In a discussion with the The New York Times, Federal Trade Commission (“FTC”) Chairman Jon Leibowitz, and chief of the FTC’s Bureau of Consumer Protection, David Vladeck, indicated that Internet publishers and advertisers can expect the FTC to play a more active role in safeguarding consumer privacy. Chairman Leibowitz highlighted that, in the past, the FTC’s approach to privacy has focused on consumer notice and consent, and whether consumers were harmed. From the FTC’s perspective, however, the present model is problematic because companies have failed to provide consumers with meaningful notice that would allow them to make effective choices regarding their privacy. This “advise-and-consent” model is broken, as it “depended on the fiction that people were meaningfully giving consent.” In reality, few consumers take the time to inform themselves about the notices and choices outlined in privacy policies.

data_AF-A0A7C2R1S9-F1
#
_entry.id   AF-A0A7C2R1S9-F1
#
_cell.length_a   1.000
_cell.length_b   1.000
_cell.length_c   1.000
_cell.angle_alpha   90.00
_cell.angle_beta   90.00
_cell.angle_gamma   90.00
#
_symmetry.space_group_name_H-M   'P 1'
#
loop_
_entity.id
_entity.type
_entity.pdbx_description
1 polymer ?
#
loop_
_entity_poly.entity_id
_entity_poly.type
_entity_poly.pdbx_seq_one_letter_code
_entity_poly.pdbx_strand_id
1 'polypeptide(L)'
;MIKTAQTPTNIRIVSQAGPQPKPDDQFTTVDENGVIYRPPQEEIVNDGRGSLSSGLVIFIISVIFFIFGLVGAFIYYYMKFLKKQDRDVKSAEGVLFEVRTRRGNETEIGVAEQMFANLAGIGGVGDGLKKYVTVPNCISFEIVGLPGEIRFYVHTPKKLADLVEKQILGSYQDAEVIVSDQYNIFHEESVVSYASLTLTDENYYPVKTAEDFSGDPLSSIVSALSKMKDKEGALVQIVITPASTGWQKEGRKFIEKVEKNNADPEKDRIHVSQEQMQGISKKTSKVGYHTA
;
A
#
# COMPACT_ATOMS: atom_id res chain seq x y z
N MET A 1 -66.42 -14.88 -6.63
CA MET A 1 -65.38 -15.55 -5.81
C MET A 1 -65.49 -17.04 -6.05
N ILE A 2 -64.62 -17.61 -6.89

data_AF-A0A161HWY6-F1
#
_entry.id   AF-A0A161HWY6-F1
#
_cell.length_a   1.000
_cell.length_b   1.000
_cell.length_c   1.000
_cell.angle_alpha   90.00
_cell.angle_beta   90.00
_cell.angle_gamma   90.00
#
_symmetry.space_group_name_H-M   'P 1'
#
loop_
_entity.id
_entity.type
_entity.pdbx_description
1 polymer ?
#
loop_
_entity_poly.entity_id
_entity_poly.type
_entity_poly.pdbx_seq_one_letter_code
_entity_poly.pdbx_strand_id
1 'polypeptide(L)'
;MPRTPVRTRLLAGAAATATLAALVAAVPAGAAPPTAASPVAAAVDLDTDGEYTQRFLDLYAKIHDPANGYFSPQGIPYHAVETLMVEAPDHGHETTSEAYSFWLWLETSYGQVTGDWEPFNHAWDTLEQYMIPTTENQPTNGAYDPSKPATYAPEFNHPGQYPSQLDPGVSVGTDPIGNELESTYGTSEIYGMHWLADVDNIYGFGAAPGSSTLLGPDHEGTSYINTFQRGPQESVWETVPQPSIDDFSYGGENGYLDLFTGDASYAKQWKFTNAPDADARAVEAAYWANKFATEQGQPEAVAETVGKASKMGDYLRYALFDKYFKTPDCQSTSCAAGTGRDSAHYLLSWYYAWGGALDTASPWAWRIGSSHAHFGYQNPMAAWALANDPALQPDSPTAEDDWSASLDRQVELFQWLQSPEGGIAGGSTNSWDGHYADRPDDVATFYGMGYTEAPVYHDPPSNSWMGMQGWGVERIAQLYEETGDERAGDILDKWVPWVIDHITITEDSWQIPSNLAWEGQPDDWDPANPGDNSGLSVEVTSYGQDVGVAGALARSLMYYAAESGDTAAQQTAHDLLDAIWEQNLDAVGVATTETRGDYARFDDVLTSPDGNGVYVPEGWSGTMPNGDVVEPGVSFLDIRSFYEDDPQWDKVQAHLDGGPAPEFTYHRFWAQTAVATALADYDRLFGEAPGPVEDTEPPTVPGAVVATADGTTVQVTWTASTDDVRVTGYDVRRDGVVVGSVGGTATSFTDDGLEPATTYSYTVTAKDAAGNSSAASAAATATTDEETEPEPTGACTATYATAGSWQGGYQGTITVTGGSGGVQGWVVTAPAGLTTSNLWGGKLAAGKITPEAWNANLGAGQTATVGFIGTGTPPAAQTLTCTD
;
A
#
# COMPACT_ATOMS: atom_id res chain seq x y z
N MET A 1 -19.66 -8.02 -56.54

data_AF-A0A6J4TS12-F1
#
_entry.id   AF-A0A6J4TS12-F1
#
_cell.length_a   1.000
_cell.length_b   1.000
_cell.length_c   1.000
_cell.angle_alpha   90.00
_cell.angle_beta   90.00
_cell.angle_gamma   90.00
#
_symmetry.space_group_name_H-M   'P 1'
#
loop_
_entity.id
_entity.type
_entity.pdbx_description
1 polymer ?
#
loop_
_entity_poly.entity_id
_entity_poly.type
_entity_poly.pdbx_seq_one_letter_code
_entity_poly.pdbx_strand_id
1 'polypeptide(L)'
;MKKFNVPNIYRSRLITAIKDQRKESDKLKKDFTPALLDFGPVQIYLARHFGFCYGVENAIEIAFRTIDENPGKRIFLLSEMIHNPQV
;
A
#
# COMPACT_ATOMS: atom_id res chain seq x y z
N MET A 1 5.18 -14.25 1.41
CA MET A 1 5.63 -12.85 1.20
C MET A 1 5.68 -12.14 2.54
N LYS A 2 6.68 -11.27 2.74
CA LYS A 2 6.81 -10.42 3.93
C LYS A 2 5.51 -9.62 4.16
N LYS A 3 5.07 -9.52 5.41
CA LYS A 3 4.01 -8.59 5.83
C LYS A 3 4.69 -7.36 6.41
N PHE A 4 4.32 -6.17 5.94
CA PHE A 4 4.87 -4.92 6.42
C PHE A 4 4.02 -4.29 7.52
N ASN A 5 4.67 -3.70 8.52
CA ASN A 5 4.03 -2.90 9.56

The lack of meaningful consent has raised the possibility that privacy is moving beyond the advise-and-consent model toward a post-disclosure era. It remains to be seen how the post-disclosure era will evolve and how the new paradigm will replace consumer notice and choice. The FTC is examining the issue, and aims to publish a report by July 2010. Although the final content of the report is yet to be determined, Chairman Leibowitz stated, “I have a sense, and it’s still amorphous, that we might head toward opt-in.”
For further information, view The New York Times blog post.